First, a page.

Luca Pacioli

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Pacioli, Luca


Born circa 1445; died after 1509. Italian mathematician; mathematics teacher.

In 1494, Pacioli published Summa de arithmetica, geometria, proportions et proportionalita, a work dealing with arithmetic operations and with algebraic equations and the application of such equations to geometry. Under the influence of his friend Leonardo da Vinci, he spent the years from 1496 to 1499 writing De divina proportione (published 1509). This treatise contains a theory of geometric proportions, notably the rules for the golden section—the division of a line in extreme and mean ratio.


Cantor, M. Vorlesungen über Geschichte der Mathematik, 2nd ed., vol. 2. Leipzig, 1913.
References in periodicals archive ?
Since the Renaissance, traditional art has been greatly influenced by Leonardo da Vinci and the mathematician Luca Pacioli, whose best-selling book Divina Proportione was published in 1509.
Da Vinci was working on "The Last Supper" and also illustrating Pacioli's mathematical treatise on proportion, De Divina Proportione.
The 58 works on display, elegantly mounted and lit, are mainly single-sheet drawings, all from London collections or Windsor, together with the V&A's three Forster codices and a copy of Luca Pacioli's De divina proportione.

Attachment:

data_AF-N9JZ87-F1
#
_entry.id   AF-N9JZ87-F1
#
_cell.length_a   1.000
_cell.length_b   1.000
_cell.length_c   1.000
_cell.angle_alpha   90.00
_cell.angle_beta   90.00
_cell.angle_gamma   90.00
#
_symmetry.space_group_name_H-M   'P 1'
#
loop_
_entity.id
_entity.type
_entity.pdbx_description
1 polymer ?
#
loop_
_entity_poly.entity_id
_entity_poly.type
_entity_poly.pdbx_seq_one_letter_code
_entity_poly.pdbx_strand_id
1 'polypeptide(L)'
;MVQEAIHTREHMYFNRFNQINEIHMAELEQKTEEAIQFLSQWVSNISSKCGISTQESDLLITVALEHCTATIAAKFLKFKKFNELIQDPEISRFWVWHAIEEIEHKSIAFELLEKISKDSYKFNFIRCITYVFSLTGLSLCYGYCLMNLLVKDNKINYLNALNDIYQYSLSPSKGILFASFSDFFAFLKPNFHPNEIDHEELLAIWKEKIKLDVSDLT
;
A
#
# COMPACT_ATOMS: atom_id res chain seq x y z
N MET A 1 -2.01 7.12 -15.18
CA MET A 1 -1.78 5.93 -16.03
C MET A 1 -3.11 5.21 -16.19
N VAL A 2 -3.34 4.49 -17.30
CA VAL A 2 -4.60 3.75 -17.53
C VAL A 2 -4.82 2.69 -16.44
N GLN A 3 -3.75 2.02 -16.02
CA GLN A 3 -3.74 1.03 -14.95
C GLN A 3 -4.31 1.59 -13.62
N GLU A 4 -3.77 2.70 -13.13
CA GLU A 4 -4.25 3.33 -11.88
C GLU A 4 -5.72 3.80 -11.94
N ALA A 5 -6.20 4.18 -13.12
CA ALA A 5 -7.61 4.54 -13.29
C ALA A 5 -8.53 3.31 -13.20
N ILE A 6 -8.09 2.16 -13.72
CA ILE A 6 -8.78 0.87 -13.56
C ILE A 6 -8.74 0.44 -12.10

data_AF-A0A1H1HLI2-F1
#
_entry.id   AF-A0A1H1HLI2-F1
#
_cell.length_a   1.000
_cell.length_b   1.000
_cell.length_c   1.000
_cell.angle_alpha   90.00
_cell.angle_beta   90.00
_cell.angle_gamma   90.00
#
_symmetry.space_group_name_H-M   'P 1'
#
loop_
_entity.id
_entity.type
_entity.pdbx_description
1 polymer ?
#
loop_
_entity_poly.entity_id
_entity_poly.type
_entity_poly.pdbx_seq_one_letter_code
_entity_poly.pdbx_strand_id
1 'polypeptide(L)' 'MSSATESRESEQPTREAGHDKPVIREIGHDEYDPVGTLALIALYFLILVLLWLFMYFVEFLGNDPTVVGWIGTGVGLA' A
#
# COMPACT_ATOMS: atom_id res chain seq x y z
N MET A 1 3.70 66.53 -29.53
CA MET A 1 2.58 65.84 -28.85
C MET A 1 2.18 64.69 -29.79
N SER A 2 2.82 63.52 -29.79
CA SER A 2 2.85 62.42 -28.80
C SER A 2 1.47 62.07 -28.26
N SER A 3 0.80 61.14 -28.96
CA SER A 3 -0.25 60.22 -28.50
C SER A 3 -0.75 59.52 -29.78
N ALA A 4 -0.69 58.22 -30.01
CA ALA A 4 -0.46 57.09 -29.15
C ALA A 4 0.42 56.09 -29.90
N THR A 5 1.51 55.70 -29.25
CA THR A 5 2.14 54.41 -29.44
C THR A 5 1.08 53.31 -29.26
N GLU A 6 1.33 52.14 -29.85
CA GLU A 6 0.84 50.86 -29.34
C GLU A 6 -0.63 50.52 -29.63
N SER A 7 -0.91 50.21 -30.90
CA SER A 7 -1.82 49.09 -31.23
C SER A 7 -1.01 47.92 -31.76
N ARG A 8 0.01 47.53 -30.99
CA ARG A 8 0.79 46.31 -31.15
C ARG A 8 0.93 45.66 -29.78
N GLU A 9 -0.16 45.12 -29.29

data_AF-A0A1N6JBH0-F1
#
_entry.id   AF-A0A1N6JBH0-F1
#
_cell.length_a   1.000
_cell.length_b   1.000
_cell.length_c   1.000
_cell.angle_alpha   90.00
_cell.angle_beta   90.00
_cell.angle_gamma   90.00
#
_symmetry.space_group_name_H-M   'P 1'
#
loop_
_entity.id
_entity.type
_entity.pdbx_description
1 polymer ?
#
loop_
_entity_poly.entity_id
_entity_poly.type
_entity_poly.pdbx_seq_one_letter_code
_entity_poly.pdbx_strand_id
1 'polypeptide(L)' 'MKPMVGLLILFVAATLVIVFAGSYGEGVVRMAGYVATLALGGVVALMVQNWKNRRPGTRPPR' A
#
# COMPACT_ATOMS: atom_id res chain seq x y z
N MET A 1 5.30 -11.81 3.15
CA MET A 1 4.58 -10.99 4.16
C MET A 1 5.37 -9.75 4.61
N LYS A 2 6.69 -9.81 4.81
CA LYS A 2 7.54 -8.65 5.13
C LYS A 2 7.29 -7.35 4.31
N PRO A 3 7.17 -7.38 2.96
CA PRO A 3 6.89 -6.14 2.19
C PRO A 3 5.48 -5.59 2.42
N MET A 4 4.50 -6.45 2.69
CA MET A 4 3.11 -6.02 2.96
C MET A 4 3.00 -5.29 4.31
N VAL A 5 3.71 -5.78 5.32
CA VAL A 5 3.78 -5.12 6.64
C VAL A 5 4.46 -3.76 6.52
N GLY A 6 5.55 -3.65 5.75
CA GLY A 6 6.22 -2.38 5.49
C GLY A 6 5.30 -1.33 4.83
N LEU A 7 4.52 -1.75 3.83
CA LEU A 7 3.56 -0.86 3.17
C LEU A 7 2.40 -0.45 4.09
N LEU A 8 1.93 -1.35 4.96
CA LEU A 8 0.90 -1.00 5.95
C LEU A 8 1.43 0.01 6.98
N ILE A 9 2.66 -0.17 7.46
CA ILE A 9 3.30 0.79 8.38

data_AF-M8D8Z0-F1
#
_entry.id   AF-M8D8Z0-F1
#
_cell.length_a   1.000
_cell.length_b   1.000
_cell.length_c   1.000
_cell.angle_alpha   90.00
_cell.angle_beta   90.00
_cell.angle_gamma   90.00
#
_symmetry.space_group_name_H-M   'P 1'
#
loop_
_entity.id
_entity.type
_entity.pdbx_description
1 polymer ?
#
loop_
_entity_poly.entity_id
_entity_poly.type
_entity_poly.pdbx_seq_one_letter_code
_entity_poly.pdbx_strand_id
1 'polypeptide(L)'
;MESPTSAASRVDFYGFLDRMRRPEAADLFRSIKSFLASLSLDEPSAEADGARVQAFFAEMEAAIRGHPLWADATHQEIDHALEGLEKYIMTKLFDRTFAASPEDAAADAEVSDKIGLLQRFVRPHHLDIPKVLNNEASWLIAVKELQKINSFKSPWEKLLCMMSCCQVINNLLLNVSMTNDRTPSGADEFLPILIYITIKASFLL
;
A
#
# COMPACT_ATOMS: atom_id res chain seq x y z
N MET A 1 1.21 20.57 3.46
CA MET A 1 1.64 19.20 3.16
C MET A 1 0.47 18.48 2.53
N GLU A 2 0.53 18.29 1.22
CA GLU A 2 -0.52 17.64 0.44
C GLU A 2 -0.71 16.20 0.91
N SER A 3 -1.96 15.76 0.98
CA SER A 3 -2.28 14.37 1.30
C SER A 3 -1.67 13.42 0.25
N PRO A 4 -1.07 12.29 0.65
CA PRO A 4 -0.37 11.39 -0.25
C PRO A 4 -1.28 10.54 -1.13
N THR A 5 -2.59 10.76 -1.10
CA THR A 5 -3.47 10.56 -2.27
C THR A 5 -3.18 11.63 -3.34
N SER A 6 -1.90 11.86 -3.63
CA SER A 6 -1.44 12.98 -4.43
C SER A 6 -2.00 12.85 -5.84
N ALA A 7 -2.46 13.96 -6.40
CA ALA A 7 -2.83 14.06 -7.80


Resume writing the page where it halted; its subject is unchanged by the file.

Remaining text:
The title of the book refers to Luca Pacioli's treatise De divina proportione (1509) and is indicative of the author's interest in numerology and its application to literary research.
And subsequent systems in common use--particularly those created by Albrecht Durer and Geofrey Tory--evolved from my work in De Divina Proportione.
The third conforms to the project's 'universal' spirit: 'Leonardo and the Mathematical Arts' at the Museum of the History of Science will present the diagrams that Leonado drew for De Divina Proportione by fellow Milanese courtier Luca Pacioli.
Pacioli's Summa de arithmetica, printed in 1494, may be the most elegant and compendious of all vernacular manuals, while the De Divina Proportione, printed in 1509, applies mathematics to the order underlying the cosmos, with particular emphasis on the Golden Section.